THE PRINCESS AND THE WARRIOR
Review by Michael Jacobson
Franka Potente, Benno Furmann, Joachim Krol
Director: Tom Tykwer
Audio: Dolby Digital 5.1, Dolby Surround
Video: Anamorphic Widescreen 2.35:1
Studio: Columbia Tri Star
Features: See Review
Length: 133 Minutes
Release Date: January 29, 2002
had a dream…we were together in my dream.
We were brother and sister, mother and father, husband and wife…”
Princess and the Warrior is one of the more unusual love stories offered in recent years…while
the idea of two people thrown together by fate is not new, the way Sissi
(Potente) and Bodo (Furmann) do it is not exactly by the numbers.
The romance is almost secondary to a kind of nihilistic desperation on
the parts of both characters.
film reunites director Tom Tykwer with his leading lady Potente…their
international breakthrough Run Lola Run was an original, kinetic, and
absorbing movie. Here, Tykwer
tackles some of the same themes about the synchronicity of certain events, and
what they mean, if anything. But Princess
is quite different in stylistic terms.
Lola was a vibrant woman who seemed to twist fate by sheer will.
Sissi is a more fragile young girl whom fate often bends.
is a nurse at a mental hospital, where her days consist of taking walks with a
blind patient, sitting in on therapy meetings, and even being a little more
accommodating than her job description probably called for, with only a meek
“I’m tired” as a protest.
world is changed when she is hit by a truck in the streets.
A dreamy sequence occurs where a young man crawls under the truck to get
to her, and performs an emergency tracheotomy on her so she can breathe.
She escapes alive…the doctors call it a miracle…and she sets out
determined to find the man who saved her life.
man is, of course, Bodo, who isn’t quite a gallant Prince Charming.
He is a petty criminal, plotting with his brother to rob a bank by
tunneling into the vault. When Sissi shows up at their door, he is less than enthused.
But she can’t stay away, and reasons he doesn’t understand, neither
don’t want to reveal the little twists in the story that may or may not
explain the cosmic uniting of this pair…it’s definitely Tykwer’s food for
thought, and it deserves to be savored first hand.
His pacing is slow and thoughtful, but the film rarely seems to drag.
One or two shots, including a long pull back at the end, could have been
judiciously trimmed, but overall, there are no complaints.
visual style is intact…even though this picture doesn’t have the manic
energy of Run Lola Run, Tykwer still uses impeccable camerawork, staging,
and effects to convey both tangible and psychological information.
He lets his actors’ work shine through in every frame, intuitively
realizing that sometimes a silent expression can say more than pages of
ending is a rather bold exercise in chutzpah.
Tykwer simply uses the medium of film to literally communicate what is
transpiring figuratively. His movie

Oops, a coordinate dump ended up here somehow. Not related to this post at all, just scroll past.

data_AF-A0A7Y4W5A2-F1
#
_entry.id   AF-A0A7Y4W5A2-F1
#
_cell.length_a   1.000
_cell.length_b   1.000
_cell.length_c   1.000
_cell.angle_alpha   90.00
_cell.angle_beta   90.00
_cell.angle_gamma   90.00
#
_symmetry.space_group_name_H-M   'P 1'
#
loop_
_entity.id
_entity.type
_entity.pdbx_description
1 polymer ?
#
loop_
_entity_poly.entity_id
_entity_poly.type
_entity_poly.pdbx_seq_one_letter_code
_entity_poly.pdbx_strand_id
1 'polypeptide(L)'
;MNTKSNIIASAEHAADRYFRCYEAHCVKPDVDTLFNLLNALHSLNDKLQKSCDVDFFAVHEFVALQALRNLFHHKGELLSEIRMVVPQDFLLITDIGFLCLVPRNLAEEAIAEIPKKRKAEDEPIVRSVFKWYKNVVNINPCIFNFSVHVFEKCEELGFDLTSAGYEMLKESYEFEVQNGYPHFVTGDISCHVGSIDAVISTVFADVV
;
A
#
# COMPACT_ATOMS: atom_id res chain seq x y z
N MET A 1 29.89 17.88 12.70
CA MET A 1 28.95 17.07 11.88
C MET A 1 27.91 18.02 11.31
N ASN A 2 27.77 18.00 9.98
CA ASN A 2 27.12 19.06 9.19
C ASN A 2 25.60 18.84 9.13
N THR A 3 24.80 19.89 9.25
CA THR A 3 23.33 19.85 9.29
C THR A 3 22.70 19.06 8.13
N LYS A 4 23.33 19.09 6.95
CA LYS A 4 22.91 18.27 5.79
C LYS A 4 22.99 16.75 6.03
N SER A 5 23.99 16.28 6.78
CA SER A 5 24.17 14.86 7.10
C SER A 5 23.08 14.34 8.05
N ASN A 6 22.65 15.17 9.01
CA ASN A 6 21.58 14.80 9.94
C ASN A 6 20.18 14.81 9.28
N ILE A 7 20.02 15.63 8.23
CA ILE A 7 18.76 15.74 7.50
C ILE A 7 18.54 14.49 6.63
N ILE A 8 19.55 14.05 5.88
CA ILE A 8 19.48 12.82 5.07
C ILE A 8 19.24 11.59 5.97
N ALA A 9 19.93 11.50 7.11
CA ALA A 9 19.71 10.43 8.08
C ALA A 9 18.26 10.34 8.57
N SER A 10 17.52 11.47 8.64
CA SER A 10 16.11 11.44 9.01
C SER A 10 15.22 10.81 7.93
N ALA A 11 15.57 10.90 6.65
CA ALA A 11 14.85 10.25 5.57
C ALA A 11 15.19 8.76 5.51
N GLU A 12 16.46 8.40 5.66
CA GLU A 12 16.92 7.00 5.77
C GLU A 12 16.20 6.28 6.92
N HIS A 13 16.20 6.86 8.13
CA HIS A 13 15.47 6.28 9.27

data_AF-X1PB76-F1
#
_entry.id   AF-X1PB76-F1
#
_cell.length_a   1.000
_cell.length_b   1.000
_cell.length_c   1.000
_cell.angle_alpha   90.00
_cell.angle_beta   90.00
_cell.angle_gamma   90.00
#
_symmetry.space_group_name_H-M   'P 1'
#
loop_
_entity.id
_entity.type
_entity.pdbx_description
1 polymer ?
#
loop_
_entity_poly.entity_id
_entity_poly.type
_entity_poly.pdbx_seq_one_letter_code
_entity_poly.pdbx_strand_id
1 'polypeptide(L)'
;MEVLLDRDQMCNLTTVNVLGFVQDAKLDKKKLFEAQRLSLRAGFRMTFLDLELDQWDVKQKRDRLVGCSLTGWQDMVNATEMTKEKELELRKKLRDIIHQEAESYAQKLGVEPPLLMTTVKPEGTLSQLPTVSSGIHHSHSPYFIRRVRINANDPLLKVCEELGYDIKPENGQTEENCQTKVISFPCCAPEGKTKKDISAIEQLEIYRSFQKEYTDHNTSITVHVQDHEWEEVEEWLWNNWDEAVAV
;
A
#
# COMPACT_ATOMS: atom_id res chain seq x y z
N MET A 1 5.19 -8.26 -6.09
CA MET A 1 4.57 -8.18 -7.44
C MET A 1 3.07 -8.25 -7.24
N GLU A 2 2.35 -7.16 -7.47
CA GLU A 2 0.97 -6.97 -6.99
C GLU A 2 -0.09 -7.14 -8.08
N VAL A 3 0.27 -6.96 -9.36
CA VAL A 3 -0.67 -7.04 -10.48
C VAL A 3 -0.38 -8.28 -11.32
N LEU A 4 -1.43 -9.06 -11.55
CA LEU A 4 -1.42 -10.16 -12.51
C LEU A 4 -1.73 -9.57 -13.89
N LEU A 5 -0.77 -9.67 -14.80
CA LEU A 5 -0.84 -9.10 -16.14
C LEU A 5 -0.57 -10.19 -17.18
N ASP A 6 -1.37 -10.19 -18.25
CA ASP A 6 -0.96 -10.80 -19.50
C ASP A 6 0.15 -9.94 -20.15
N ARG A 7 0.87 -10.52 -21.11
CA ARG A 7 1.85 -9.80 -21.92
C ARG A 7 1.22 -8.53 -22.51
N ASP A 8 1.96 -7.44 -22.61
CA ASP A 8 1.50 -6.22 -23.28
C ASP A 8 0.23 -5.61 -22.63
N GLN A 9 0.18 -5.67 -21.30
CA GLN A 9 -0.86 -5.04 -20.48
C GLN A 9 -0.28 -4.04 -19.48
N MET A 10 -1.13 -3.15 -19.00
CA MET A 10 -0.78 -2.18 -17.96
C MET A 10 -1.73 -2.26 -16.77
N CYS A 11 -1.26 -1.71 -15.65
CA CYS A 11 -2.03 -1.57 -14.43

gently suggests that all things are possible, and considering none of his
characters are really of the most sound mind, why not?
and Bodo are two damaged souls who come together because something greater than
them seemed to plan it that way. Is
theirs a path of healing or self-destruction?
The movie spends most of its time suggesting it could go either way, but
despite some strange occurrences along the way, one can feel the ultimate
emotion is hope.
the title suggests hope from hopelessness.
Is Sissi a princess, or is Bodo a warrior? Hardly. But
maybe the movie hints that even the most pained human beings have a shot at that
kind of fairy tale happiness. Either
that, or happily ever after is where you find it and how you make it…take your
is a quality anamorphic transfer from Columbia Tri Star, one that really
captures and expresses Tykwer’s visual style beautifully.
The colors are natural and bright from start to finish, and images are
generally sharp and well rendered, save for one or two brief darker scenes where
a little definition is lost. I
wonder what color hair Ms. Potente will be sporting in her next Tykwer film?
5.1 audio is mostly centered on the forward stage, with good clean dialogue and
good panning effects. The rear
stage opens up during a couple of key scenes; apart from that, it mostly exists
for ambience and to enhance the music. The
.1 channel gets a few signals, but not many…if there’s a problem with the
mix, I think too much bass was sent to the center channel instead of the
subwoofer, where it doesn’t render quite as vibrantly (at least not on my
system). That minor notice aside,
this is still a highly serviceable track.
are two commentary tracks to choose from, and both are enjoyable listens.
The more informative one is Tom Tykwer by himself, who discusses the
making of the project in great detail with lots of scene-specific comments and
discussions of his ideas and thoughts behind his creation.
The second track features Tykwer with his two leading stars, recorded
together. It’s a more laid back
track, with some humor. All three speak English quite well.
is a half hour making-of featurette, which is in German with subtitles…a
decent piece, as far as they go. There
are a couple of deleted scenes, a music video, filmographies, and some three
trailers, for this film, Run Lola Run and Go.